LumberJocks

Questions about Stanley 93

  • Advertise with us

« back to Hand Tools forum

Forum topic by ScottStewart posted 141 days ago 440 views 0 times favorited 11 replies Add to Favorites Watch
View ScottStewart's profile

ScottStewart

108 posts in 735 days


141 days ago

I am debating getting a shoulder plane, and my main options seem to be the LV shoulder and the Stanley 93. Blood and Gore seems to imply that there are a lot of things that can go wrong with the 93 and caveat emptor.

Anyone use the 93?, like it, hate it, watch our for this? I am looking at one from one of the reputable online tool sellers. All opinions appreciated.

Thanks,

Scott


11 replies so far

View woodchuckerNJ's profile

woodchuckerNJ

868 posts in 237 days


#1 posted 141 days ago

Just my opinion, the LV planes are worth the money.
They are modern, smartly designed..

The quality is far superior to Stanley.

-- Jeff NJ

View PaulJerome's profile

PaulJerome

47 posts in 1636 days


#2 posted 140 days ago

There’s also the LN which is excellent. I purchased the LV and haven’t looked back. Great tool. Finely machined and works like you’d expect.

-- Paul, Central Illinois

View sikrap's profile

sikrap

988 posts in 1962 days


#3 posted 140 days ago

I think that if you’re talking about the new Stanley 93’s, you would definitely be better off with LV, LN, or Clifton. Personally, I like the old Stanleys, but they are over $100, so you’d probably be better off going for the Lee Valley, especially since the vintage planes will need some work.

-- Dave, Colonie, NY

View WayneC's profile

WayneC

12255 posts in 2700 days


#4 posted 140 days ago

+1 for LV or LN…

-- We must guard our enthusiasm as we would our life - James Krenov

View Kaleb the Swede's profile

Kaleb the Swede

1094 posts in 572 days


#5 posted 140 days ago

Maybe because I have never tried the Lie Nielsons but my new 93 that I got for my birthday a few months back has come into great use. I have used it to clean tenon shoulders, chisel planing off glue spots, making grooves and dados a little deeper. It has been a really good plane to have. Like I said I have never used a Lie Nielson and I have heard they are great, but don’t discount the 93.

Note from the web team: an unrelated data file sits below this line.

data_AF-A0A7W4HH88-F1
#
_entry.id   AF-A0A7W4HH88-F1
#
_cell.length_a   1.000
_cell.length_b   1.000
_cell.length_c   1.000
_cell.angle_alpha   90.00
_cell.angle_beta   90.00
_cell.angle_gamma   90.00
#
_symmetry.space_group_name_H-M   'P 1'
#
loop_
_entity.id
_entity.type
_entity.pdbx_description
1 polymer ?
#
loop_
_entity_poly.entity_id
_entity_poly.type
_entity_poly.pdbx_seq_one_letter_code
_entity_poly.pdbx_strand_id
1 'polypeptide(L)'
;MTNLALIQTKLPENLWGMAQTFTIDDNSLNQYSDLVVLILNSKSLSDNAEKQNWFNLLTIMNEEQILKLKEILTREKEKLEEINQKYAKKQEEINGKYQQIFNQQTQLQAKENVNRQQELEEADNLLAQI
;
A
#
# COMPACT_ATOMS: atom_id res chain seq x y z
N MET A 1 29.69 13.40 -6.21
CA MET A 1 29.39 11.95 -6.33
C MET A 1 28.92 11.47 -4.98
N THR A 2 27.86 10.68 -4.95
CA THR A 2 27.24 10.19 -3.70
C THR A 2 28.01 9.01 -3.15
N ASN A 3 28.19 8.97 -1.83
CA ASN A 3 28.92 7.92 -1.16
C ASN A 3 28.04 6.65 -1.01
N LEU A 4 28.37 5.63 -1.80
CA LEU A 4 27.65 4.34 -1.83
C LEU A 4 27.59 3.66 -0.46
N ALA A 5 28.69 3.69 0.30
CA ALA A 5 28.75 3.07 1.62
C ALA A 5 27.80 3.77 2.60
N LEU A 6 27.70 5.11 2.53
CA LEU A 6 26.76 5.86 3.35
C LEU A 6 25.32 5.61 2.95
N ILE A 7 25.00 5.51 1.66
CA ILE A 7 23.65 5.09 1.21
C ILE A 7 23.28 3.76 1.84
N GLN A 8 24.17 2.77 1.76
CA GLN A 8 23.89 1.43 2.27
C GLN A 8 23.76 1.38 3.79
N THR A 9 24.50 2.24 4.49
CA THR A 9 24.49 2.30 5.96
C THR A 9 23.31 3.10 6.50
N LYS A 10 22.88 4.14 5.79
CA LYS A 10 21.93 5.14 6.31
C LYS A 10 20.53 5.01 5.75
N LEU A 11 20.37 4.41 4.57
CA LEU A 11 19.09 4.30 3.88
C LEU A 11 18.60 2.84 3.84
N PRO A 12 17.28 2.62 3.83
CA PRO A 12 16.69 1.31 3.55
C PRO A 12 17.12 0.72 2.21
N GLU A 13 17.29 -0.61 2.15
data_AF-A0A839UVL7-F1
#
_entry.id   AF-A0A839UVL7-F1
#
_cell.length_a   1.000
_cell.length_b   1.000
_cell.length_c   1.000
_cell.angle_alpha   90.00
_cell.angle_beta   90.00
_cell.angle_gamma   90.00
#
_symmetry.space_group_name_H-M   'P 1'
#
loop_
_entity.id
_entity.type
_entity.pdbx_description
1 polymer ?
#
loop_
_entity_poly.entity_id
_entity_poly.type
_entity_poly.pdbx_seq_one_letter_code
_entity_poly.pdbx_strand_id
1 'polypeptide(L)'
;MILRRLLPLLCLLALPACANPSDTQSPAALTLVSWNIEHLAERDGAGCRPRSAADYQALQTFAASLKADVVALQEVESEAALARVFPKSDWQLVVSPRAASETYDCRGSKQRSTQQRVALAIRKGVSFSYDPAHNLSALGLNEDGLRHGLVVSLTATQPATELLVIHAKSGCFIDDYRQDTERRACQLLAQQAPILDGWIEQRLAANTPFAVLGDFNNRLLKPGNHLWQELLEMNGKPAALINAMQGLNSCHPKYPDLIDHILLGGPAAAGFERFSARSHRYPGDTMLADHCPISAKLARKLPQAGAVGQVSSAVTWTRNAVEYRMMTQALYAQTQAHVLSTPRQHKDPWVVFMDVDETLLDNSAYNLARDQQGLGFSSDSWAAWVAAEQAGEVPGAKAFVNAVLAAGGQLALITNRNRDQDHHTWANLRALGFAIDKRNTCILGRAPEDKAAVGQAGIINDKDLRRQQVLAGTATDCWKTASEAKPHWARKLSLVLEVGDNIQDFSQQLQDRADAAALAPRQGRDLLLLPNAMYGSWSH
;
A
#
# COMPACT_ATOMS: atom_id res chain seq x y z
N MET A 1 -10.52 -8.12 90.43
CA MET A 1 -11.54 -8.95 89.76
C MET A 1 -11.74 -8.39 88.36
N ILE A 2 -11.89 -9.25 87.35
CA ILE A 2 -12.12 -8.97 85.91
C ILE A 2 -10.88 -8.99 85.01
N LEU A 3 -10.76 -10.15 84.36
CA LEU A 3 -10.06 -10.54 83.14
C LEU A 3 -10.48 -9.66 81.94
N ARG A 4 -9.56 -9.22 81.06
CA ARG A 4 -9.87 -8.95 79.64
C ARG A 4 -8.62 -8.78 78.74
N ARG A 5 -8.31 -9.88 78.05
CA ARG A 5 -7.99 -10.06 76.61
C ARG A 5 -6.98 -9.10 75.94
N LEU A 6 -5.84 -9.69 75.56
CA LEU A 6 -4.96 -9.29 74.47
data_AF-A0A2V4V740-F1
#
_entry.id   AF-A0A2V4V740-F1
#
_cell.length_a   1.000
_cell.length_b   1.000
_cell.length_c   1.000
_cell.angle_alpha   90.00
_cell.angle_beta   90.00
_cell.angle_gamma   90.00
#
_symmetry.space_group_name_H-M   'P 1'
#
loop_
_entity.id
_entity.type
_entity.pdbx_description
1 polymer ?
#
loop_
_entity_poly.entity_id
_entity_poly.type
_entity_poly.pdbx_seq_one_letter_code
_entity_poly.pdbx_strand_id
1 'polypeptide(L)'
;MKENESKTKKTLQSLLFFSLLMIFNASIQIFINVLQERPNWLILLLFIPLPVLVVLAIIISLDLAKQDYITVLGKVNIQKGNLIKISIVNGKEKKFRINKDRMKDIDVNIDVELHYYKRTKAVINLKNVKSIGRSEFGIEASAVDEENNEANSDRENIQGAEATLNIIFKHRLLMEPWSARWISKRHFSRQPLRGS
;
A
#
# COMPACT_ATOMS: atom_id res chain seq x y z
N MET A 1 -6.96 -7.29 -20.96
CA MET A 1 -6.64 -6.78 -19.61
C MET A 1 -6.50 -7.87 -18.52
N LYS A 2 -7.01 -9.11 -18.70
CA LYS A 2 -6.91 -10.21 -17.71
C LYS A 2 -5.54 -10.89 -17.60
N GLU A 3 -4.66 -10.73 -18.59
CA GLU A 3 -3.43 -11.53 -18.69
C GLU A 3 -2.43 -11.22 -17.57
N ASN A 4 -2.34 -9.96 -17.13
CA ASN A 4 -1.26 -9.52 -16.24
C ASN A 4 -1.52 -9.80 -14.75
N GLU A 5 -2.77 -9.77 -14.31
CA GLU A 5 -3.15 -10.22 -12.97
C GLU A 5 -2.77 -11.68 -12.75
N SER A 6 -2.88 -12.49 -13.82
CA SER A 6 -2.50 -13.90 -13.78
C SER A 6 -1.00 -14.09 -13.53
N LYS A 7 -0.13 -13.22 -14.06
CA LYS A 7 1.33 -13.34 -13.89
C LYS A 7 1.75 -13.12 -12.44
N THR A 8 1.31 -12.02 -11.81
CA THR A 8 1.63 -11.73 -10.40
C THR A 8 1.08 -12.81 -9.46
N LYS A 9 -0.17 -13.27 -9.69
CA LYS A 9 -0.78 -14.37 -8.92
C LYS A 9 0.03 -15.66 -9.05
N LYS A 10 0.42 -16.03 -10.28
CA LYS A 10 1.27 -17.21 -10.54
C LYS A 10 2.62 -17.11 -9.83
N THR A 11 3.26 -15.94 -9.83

-- Just trying to build something beautiful

View rad457's profile

rad457

142 posts in 409 days


#6 posted 140 days ago

Just got the LN Medium size and very impressed! More comfortable and on the hands than LV version.

-- Andre of Alberta. Finger Prints show your hands were on the wood.

View Vincent Nocito's profile

Vincent Nocito

411 posts in 1967 days


#7 posted 140 days ago

I use old Stanley 90, 93 and 93 planes. Keep the blades sharp and properly adjusted and they work fine. You might want to check ebay for old ones or perhaps a Clifton or Record. Personally, I would avoid the new Sweetheart Stanley 92 and go for an oldie instead. Even the Wood River 92 (Woodcraft modeled after the old Preston planes) is pretty decent.

View JayT's profile (online now)

JayT

2098 posts in 814 days


#8 posted 140 days ago

Kaleb, you got a new 93? I didn’t think Stanley was making a 93 any more, just the 92.

I have a new 92 and would also say to avoid it. On the one I got, the bed for the iron was not square to the sole or the sides. Apparently, it is a common problem with the new 92’s. As much as I like vintage planes, this is one case where I think a new medium LV or LN shoulder plane would be worth it—they are not much more than a vintage 93, but you are getting something machined square and a good company to back it up if there is an issue.

-- "The American Republic will endure until the day Congress discovers that it can bribe the public with the public's money." Alexis de Tocqueville, 1835

View WhoMe's profile

WhoMe

1081 posts in 1846 days


#9 posted 140 days ago

Yep, avoid the new Stanley. All of them have sharp edges where the hands go, which requires work to smooth.
Once I learned how to use mine, I found that no matter what I do, the blade does not make an even cut. Bottom is square to the sides, blade is square, so, I save concluded that the bedding for the blade is most likely off. Not an easy fix.
It also rusts easily, even with a light coat of oil on it when I put it away.

Go for the LN or LV.

-- I'm not clumsy.. It's just the floor hates me, the tables and chairs are bullies and the wall gets in the way.. - Mike -

View theoldfart's profile (online now)

theoldfart

3900 posts in 1054 days


#10 posted 140 days ago

I have the LN medium and it works superbly. Would not hesitate to recommend it.

-- "Aged flatus, I heard that some one has already blown out your mortise." THE Surgeon ……………………………………. Kevin

View Loren's profile

Loren

7265 posts in 2251 days


#11 posted 140 days ago

I had a 92 or 93, I don’t remember which. After I got a
4lb. Record 073 I couldn’t get rid of the Stanley fast enough.

This was a long time ago, before the new crop of high-end
shoulder planes. I’ve read that old Record and Clifton shoulder
planes have variable quality but my Record is satisfactory.

My position on a shoulder plane for general furniture work
is it should be on the heavy side. The mass helps keep the
iron engaged in chatter-prone end grain cuts. For
small things you may find a small shoulder plane is good.

I like the way the knob turns sideways on the Lee Valley
models.

-- http://lawoodworking.com

Have your say...

You must be signed in to reply.

DISCLAIMER: Any posts on LJ are posted by individuals acting in their own right and do not necessarily reflect the views of LJ. LJ will not be held liable for the actions of any user.

Latest Projects | Latest Blog Entries | Latest Forum Topics

HomeRefurbers.com

Latest Projects | Latest Blog Entries | Latest Forum Topics

GardenTenders.com :: gardening showcase